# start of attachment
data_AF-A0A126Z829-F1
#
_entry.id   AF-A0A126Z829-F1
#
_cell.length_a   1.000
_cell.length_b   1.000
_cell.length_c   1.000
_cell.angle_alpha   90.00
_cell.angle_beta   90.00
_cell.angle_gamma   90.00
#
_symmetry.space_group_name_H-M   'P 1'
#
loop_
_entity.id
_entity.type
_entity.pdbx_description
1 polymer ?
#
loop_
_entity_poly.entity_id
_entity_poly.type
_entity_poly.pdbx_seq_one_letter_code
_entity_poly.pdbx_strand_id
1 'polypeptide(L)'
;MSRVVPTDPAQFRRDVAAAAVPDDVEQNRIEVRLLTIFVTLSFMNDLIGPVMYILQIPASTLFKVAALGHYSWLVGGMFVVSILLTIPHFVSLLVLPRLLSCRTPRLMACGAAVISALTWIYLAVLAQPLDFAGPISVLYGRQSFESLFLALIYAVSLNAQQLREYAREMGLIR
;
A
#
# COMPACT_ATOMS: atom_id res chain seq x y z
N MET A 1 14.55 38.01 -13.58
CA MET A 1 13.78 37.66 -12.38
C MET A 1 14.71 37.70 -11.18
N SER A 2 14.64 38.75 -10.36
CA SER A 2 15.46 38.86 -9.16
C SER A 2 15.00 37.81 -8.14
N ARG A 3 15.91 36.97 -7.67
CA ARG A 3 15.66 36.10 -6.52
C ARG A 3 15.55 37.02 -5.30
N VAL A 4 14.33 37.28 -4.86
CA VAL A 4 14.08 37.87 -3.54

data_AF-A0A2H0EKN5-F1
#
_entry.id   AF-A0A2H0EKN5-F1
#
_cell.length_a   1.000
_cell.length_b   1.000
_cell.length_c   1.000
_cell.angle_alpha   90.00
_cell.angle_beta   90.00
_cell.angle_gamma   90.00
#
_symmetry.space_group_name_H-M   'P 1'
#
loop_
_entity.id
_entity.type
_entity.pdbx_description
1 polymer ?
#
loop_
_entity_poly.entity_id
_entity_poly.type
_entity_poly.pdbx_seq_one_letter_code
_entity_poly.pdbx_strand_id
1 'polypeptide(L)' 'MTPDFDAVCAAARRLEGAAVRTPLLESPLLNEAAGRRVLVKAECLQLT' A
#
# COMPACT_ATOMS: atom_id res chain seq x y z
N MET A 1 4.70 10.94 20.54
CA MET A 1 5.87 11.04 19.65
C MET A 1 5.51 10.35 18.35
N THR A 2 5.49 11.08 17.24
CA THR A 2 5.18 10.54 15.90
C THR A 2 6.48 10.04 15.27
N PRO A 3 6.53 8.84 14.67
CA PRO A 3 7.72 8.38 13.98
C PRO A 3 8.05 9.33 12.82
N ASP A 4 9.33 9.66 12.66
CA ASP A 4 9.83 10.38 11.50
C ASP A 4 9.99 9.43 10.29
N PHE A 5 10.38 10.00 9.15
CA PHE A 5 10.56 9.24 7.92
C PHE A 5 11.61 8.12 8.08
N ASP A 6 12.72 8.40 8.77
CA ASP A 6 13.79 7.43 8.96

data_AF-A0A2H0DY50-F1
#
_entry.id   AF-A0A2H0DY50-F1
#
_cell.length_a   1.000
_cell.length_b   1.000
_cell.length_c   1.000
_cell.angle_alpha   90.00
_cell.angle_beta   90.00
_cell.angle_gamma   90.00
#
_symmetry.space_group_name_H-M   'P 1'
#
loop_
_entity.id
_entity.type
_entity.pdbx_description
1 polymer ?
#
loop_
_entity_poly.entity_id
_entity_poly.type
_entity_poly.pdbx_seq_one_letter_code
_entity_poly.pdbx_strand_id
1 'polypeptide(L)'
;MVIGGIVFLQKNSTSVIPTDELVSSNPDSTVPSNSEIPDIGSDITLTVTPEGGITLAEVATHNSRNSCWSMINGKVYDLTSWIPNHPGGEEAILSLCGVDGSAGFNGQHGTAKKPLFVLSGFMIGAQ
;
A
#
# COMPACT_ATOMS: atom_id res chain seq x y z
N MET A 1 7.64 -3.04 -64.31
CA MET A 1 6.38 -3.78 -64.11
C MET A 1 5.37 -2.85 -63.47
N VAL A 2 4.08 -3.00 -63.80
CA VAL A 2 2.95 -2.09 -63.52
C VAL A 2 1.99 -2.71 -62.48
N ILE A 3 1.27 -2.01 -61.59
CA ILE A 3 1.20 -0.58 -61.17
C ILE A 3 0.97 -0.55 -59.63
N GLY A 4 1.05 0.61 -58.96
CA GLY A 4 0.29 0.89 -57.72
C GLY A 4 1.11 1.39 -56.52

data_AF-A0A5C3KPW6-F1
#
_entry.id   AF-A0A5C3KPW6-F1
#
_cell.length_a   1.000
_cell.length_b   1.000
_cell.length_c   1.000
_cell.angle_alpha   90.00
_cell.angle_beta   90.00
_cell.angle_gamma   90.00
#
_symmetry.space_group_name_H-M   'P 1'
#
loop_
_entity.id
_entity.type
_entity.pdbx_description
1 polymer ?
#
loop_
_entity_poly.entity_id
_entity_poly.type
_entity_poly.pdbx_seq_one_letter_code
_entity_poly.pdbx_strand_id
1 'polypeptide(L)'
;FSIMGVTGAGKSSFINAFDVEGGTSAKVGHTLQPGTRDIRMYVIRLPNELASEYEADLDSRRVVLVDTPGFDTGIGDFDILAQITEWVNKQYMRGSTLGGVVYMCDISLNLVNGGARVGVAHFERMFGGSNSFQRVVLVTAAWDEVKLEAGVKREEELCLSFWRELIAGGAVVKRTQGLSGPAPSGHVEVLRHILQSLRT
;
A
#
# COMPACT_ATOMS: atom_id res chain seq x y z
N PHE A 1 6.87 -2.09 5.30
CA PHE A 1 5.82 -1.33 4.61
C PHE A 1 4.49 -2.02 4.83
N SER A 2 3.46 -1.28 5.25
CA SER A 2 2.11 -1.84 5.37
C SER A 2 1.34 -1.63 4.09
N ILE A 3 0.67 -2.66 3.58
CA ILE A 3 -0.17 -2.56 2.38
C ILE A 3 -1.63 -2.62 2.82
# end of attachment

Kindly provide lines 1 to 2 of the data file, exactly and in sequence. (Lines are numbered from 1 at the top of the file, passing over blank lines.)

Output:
data_AF-A0A126Z829-F1
#